Find A Physician

Return to Pediatric Neurology at Komansky Overview

More on Pediatric Neurology at Komansky

Hospital News

Return to Pediatric Neurology at Komansky Overview

More on Pediatric Neurology at Komansky


Research and Clinical Trials

Return to Pediatric Neurology at Komansky Overview

More on Pediatric Neurology at Komansky

Neurology and Neuroscience

Pediatric Neurology at Komansky

Back to the nypneuro.org Home Page

About Pediatric Neurology at Komansky Center for Children's Health

Doctors at the Komansky Center for Children's Health, located at NewYork-Presbyterian's Weill Cornell Medical Center campus, have a long history of providing excellence in patient care for the inpatient and outpatient management of all child neurological conditions. We have seven full time Child Neurologists, with extensive training and experience in multiple areas of clinical Child Neurology.

Pediatric Neurology Services at Komansky Center for Children's Health

Epilepsy

Our Pediatric Comprehensive Epilepsy Center offers a full range of services to care for most complex cases. An accurate diagnosis of the underlying cause of the epilepsy, identification of associated learning and behavioral conditions, and continuous EEG monitoring to define seizure type allows for a tailored intervention for that child and family. Medications, ketogenic diet, and a wide range of surgical approaches are available. The center serves as a referral unit for second opinions and can assume care when requested.

Neurogenetics

Neurogenetics is a specialty that studies the origins of abnormal brain development. Our neurologists work with the Department of Genetics and attempt to explain the "why" and the "how" a neurologic problem developed. This information is important in predicting outcomes as the child approaches adulthood, when searching for specific medical interventions, and assessing familial risks for recurrence. These disorders include malformations of the brain, unexplained mental retardation and cerebral palsy, autism, neurodegenerative diseases, and other familial neurological conditions.

Pediatric neurovascular interventional radiology

Children presenting with strokes and intracranial bleeding frequently have blood vessel abnormalities in and around the brain. These children are in need of rapid assessment and appropriate interventions to prevent subsequent catastrophic events. Using specific imaging techniques and surgical tools, interventional radiologists and neurosurgeons here have a vast experience in treating conditions such as arteriovenous malformations (AVMs), cerebral aneurysms, and Moya-Moya disease.

Tumors of the brain and spine

Our physicians, in collaboration with physicians in other departments at NewYork-Presbyterian and Memorial Sloan-Kettering Cancer Center, offer state of the art evaluations for children at risk of having nervous system tumors. The intensity of collaboration is demonstrated by multidisciplinary case discussions, and the program's diverse patient population of children from across the nation with neurofibromatosis and tuberous sclerosis. Novel neurosurgical techniques are being developed and applied to treat the tumors and minimize sequelae.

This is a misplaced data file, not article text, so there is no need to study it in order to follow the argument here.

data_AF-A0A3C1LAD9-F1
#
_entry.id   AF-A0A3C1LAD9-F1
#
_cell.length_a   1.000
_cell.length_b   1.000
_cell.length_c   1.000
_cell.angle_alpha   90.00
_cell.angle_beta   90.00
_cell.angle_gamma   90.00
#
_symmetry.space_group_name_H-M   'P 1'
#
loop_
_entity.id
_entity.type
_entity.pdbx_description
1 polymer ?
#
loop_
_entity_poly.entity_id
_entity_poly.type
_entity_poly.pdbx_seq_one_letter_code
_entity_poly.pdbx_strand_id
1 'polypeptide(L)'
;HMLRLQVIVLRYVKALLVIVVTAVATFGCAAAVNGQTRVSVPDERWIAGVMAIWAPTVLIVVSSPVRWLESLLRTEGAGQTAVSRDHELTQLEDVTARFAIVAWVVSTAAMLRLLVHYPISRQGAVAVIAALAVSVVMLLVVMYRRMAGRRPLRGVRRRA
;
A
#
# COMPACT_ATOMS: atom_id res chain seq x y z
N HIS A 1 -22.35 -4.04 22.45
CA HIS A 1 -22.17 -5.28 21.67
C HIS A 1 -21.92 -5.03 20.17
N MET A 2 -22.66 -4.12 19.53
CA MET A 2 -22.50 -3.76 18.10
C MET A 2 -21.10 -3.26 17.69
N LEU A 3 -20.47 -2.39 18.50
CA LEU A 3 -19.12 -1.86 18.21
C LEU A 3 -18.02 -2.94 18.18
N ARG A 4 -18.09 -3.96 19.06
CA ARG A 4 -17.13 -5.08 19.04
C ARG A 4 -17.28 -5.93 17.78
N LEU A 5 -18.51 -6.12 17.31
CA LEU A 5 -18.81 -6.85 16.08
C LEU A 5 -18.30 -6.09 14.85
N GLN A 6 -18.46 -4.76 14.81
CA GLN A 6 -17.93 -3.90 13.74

Craniofacial surgery

The Komansky Center has a specialized craniofacial and cleft team, an interdisciplinary group of health care professionals dedicated to the care of infants, children, and adolescents born with malformations of the face, mouth, ears, and skull, and children who require reconstructive work following trauma, burns, and cancer. Although sometimes perceived as merely "cosmetic," our specialists in fact do restore lives as they minimize the devastating appearance of these children and improve their oral/facial functions.

Neonatal neurology

The neurologist plays an integral role in the care of newborn infants with abnormalities of the brain. An example is in our neonatal intensive care unit (NICU) where neonatologists treat babies with hypoxic ischemic encephalopathy (HIE), a condition due to lack of oxygen at birth. We have demonstrated that reducing the baby's core body temperature for several days while monitoring his or her brain activity with EEG, can reduce long-term damage. Other neonates, with other forms of nervous system abnormalities, also benefit from this collaboration of teams and their ability to treat acute and long-term problems.

Neurocritical care

An otherwise normal child develops an acute systemic illness that places the brain at risk for injury or a child develops an acute illness of the brain. Critical care physicians in our pediatric intensive care unit (PICU) and neurologists/neurosurgeons have extensive experience caring for children who have sustained a traumatic brain/spinal injury, status epilepticus, encephalitis, meningitis, and coma. The rapid availability of neurodiagnostic studies and physicians who can review, interpret, and work together to intervene is necessary to produce an optimal outcome. This expertise is also available to high-risk patients who undergo cardiac or brain surgeries.

Spasticity

Children with brain and spinal cord disorders frequently have abnormalities of extremity movement that impair their ability to move and interfere with their care. Spasticity can be treated by a wide range of interventions requiring the close collaboration of neurologists/neurosurgeons, orthopedists, physiatrists, nurse practitioners, as well as physical and occupational therapists. Our neurosurgeons and neurologists have over 10 years experience in treating spasticity with many modalities, including Baclofen pumps, and can provide ongoing consultation and/or management for these children.

  • Bookmark
  • Print

    Find a Doctor

Click the button above or call
1 877 NYP WELL


eNewsletters

Find a Specialist


Hospital News



Top of page